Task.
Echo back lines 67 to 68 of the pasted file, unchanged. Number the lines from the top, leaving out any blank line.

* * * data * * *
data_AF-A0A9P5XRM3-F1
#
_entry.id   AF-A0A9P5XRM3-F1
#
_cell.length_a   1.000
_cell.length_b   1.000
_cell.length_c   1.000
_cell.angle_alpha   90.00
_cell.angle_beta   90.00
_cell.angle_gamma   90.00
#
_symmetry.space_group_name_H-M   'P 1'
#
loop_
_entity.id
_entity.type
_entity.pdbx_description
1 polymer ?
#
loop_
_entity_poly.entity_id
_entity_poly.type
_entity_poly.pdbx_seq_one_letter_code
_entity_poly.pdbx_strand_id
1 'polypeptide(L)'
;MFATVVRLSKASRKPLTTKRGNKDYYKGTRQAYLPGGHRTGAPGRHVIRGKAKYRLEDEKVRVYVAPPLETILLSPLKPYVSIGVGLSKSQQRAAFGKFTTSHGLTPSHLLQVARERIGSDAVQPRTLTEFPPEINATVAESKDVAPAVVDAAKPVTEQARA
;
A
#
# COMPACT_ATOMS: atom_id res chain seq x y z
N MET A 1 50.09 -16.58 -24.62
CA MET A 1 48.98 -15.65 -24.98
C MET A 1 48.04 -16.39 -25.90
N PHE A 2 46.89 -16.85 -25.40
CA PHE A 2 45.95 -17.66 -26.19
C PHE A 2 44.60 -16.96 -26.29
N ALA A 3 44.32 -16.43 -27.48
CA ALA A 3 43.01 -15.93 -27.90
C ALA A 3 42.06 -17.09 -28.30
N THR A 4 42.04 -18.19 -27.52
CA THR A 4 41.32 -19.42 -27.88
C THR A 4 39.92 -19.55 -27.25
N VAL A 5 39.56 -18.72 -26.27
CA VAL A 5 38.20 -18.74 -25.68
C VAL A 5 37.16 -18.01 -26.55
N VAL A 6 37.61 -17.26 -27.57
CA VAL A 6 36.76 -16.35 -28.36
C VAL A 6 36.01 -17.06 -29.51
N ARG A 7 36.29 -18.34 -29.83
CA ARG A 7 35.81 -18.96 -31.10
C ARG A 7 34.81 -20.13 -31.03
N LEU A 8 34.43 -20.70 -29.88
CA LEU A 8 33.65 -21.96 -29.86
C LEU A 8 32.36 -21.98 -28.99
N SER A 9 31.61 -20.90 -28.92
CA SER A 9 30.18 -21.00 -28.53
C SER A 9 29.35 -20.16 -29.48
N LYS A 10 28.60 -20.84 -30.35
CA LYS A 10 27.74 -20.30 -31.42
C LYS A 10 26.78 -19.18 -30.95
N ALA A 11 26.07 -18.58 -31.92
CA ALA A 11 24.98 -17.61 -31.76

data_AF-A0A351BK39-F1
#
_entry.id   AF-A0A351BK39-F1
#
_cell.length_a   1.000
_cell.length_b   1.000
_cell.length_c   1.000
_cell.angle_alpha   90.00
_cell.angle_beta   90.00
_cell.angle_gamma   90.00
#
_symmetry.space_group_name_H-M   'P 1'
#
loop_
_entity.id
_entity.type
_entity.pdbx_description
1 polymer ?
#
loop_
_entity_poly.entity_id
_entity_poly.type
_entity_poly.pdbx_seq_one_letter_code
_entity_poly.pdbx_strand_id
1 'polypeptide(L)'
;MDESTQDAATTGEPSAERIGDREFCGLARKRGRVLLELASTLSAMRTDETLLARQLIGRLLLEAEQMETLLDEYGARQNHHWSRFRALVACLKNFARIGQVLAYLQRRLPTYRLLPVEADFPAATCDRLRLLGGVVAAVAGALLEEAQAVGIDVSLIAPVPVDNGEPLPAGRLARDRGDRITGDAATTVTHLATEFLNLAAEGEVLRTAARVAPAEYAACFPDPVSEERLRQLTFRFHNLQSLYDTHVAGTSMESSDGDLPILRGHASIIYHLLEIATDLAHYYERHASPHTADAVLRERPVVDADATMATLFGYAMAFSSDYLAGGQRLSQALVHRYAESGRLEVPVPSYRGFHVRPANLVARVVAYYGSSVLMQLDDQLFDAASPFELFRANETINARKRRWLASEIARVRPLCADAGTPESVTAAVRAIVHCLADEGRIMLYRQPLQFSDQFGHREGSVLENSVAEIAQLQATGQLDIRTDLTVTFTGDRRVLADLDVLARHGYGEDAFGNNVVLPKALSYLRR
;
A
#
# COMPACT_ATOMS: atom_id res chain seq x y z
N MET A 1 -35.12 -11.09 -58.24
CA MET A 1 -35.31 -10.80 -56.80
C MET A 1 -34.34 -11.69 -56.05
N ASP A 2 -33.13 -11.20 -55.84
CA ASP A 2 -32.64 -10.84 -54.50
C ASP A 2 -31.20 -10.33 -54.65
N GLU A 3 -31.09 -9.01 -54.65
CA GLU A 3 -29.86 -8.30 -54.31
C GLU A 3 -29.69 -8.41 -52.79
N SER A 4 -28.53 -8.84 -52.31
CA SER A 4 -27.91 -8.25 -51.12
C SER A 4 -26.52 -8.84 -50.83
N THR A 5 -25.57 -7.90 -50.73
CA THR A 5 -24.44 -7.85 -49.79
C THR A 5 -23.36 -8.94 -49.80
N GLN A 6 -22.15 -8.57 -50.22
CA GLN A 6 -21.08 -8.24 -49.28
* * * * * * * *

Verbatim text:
_cell.length_a   1.000
_cell.length_b   1.000